People considering sharing their liver with an ailing relative or friend can worry a bit less, say doctors who found that living donor liver-transplantation is relatively safe.
The largest North American study to date to look at how people who donate part of their livers fare after the procedure shows almost two in three (62 percent) suffer no complications, reports R. Mark Ghobrial, MD, professor of surgery at UCLA.
And the vast majority of complications that do occur are treatable, he says.
In the study, 2 percent of donors had life-threatening, lasting disabilities. One died of medical complications 21 days after the procedure.
The research was presented here at World Transplant Congress 2006.
Shortage of Donated Livers
There has long been a critical shortage of cadaver livers for transplantation. As of July 4, 2006, more than 17,500 Americans with failing livers were waiting for a new organ, according to the United Network for Organ Sharing. More than 4,000 of them have been waiting five years or longer.
This shortage led to development of living-donor liver transplantation, first performed in the United States in the late 1980s.
In the procedure, a healthy donor -- usually a blood relative -- undergoes an operation to remove a portion of his liver for the recipient.
Part of a blood vessel in the leg is also removed to connect the donated liver portion to the recipient.
The donor may have to remain in the hospital a week or longer as the liver begins to heal and regenerate itself. Full regeneration generally takes six to eight weeks.
Complications, One Death
For the new study, Ghobrial and colleagues collected information on 391 people who underwent living-donor liver transplantation at nine U.S. hospitals between 1998 and 2003. The donors were followed for an average of six months after their surgery.
Average donor age was 37. About two-thirds were biologically related to the recipient.
During the follow-up period, 82 of the total 391 donors suffered one complication; 40 suffered two complications; 16 had three complications; and 10 suffered four to seven complications.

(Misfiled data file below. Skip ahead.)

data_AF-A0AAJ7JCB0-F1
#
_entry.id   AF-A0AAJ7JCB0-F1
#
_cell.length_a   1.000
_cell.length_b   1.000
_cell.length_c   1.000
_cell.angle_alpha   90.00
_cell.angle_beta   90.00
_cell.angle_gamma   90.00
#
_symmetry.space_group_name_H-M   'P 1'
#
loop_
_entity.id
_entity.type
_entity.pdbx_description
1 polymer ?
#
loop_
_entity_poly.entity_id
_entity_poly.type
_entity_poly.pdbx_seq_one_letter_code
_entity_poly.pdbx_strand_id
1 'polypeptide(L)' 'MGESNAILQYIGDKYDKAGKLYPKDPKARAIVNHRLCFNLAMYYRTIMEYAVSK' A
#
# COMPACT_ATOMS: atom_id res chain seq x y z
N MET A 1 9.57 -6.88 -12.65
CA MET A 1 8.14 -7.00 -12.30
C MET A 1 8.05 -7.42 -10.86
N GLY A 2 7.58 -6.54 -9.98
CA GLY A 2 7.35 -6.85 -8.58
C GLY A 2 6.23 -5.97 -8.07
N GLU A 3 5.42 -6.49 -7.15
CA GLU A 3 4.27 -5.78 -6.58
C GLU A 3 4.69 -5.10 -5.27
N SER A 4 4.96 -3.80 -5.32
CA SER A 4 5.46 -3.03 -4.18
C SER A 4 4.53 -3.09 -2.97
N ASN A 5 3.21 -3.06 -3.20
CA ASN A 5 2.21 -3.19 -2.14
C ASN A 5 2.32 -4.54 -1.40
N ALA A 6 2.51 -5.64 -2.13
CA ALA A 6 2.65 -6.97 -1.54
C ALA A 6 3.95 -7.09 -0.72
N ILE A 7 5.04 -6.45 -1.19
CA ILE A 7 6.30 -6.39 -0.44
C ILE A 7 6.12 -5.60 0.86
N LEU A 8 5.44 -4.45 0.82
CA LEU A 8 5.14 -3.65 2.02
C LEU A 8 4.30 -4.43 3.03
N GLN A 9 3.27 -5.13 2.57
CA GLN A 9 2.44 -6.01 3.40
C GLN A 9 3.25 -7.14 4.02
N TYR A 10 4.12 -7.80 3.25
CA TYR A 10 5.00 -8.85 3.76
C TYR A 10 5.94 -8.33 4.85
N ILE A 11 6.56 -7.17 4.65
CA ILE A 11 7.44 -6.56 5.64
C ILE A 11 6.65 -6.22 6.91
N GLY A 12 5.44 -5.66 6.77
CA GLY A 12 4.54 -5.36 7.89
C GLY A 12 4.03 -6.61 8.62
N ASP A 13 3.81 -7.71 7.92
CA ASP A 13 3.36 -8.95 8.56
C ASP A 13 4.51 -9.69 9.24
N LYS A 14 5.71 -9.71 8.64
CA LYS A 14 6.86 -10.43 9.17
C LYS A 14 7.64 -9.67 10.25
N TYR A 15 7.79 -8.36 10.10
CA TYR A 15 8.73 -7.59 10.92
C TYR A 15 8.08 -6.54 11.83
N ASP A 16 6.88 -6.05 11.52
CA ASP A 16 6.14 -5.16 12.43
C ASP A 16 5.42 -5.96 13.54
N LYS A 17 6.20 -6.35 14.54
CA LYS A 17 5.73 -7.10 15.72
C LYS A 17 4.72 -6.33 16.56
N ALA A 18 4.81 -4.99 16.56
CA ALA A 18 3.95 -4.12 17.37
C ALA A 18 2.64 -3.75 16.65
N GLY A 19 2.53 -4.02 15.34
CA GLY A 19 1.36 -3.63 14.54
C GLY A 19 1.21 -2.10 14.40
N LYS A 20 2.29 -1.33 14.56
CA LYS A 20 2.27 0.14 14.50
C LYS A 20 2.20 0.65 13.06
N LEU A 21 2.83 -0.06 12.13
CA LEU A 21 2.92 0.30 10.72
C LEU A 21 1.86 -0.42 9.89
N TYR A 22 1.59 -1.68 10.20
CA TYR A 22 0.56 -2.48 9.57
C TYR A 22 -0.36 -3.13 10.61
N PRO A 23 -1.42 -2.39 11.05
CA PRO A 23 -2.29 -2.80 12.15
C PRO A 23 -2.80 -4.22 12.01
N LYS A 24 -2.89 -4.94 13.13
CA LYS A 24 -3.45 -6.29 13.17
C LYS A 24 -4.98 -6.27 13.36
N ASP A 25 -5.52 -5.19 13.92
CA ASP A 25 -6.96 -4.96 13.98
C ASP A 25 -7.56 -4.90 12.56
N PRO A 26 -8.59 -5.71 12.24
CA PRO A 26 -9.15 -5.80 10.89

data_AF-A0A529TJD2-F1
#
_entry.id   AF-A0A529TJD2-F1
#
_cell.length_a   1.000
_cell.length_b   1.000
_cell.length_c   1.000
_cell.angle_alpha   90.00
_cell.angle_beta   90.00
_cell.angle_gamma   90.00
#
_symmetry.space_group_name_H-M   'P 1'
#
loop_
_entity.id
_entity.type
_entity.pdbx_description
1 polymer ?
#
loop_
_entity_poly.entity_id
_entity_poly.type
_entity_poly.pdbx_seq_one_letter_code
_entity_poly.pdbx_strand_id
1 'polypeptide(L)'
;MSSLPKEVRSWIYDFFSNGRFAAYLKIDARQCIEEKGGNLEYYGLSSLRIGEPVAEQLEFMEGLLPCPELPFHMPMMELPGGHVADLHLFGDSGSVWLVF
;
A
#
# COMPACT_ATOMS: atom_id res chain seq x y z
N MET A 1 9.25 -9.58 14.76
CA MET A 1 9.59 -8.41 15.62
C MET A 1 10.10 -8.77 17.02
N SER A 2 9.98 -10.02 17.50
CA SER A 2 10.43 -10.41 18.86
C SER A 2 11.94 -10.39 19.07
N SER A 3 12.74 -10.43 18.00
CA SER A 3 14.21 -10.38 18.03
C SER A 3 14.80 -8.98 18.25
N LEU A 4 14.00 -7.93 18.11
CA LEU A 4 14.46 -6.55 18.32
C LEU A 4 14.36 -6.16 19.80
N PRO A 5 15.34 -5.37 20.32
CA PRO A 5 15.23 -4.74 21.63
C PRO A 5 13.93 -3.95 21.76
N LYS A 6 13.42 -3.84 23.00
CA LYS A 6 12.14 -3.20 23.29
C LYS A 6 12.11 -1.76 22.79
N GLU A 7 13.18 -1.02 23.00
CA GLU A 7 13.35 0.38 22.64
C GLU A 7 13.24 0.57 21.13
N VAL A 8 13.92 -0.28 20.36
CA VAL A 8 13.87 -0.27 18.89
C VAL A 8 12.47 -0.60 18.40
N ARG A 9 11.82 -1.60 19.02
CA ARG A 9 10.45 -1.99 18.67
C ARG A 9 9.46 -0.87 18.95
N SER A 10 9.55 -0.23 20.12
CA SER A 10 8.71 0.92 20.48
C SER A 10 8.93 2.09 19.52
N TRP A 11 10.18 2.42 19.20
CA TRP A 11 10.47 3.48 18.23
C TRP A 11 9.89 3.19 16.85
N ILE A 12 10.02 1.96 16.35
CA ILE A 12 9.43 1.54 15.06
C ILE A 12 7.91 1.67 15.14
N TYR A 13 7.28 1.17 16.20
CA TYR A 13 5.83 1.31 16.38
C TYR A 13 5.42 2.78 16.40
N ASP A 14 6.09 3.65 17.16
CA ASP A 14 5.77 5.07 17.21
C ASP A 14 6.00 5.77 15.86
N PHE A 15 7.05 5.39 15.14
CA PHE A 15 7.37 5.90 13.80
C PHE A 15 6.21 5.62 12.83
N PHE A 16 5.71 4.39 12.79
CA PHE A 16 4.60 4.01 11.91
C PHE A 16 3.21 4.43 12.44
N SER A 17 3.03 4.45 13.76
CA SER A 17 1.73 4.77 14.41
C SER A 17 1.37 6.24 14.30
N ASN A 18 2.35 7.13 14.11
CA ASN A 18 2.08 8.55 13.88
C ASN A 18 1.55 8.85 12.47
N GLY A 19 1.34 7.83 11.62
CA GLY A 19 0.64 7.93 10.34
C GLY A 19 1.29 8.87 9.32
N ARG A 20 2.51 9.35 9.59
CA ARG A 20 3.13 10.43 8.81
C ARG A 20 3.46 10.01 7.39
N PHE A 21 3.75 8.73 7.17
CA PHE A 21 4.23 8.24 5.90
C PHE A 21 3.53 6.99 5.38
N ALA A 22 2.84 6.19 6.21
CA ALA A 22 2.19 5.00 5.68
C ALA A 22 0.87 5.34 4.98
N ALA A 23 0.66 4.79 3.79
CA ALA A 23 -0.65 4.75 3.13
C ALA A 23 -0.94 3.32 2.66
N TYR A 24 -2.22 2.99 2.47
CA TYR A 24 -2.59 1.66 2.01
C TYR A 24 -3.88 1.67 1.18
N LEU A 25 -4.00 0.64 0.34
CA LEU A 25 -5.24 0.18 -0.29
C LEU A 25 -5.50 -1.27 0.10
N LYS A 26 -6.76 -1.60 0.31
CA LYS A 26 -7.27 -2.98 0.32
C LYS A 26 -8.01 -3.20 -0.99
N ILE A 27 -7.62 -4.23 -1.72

Some of the most common complications were leaks of bile fluid, hernias, and infections. Sixteendonors developed psychologicalproblems requiringtreatment.
Four of the donors died during this period, but only one death could be directly traced to the procedure. Two donors suffered accidental deaths not related to the transplant, and one committed suicide more than a year later.
Reassuring -- or Not?
Researcher James F. Trotter, MD, medical director of liver transplantation at the University of Colorado at Denver, tells WebMD the findings are reassuring.
“There’s been a lot of speculation about the exact number of deaths and complications associated with living-donor transplantation,” says Trotter, a researcher on the study. “The numbers in this study are very similar to those we’ve been quoting to our patients based on clinical experience and smaller studies.”
While some researchers who spoke with WebMD agree with Trotter’s assessment, others took issue.
The complication rates are still too high for comfort, says Ezra Shaharabani, MD, of the Rabin Medical Center in Tel Aviv. “I’d tell a person to think twice about donating a part of their liver [while they’re still alive].”
Your best chance for success? Choose an experienced transplant surgeon at an experienced center -- one who has done at least 20 living donor transplants, Trotter says.
By Charlene Laino, reviewed by Louise Chang, MD
SOURCES: World Transplant Congress 2006, Boston, July 22-27, 2006. R. Mark Ghobrial, MD, professor of surgery, UCLA. James F. Trotter, MD, medical director, liver transplantation, University of Colorado at Denver. Ezra Shaharabani, MD, of the Rabin Medical Center, Tel Aviv. United Network for Organ Sharing (UNOS) web site, “Living Donation Procedures.”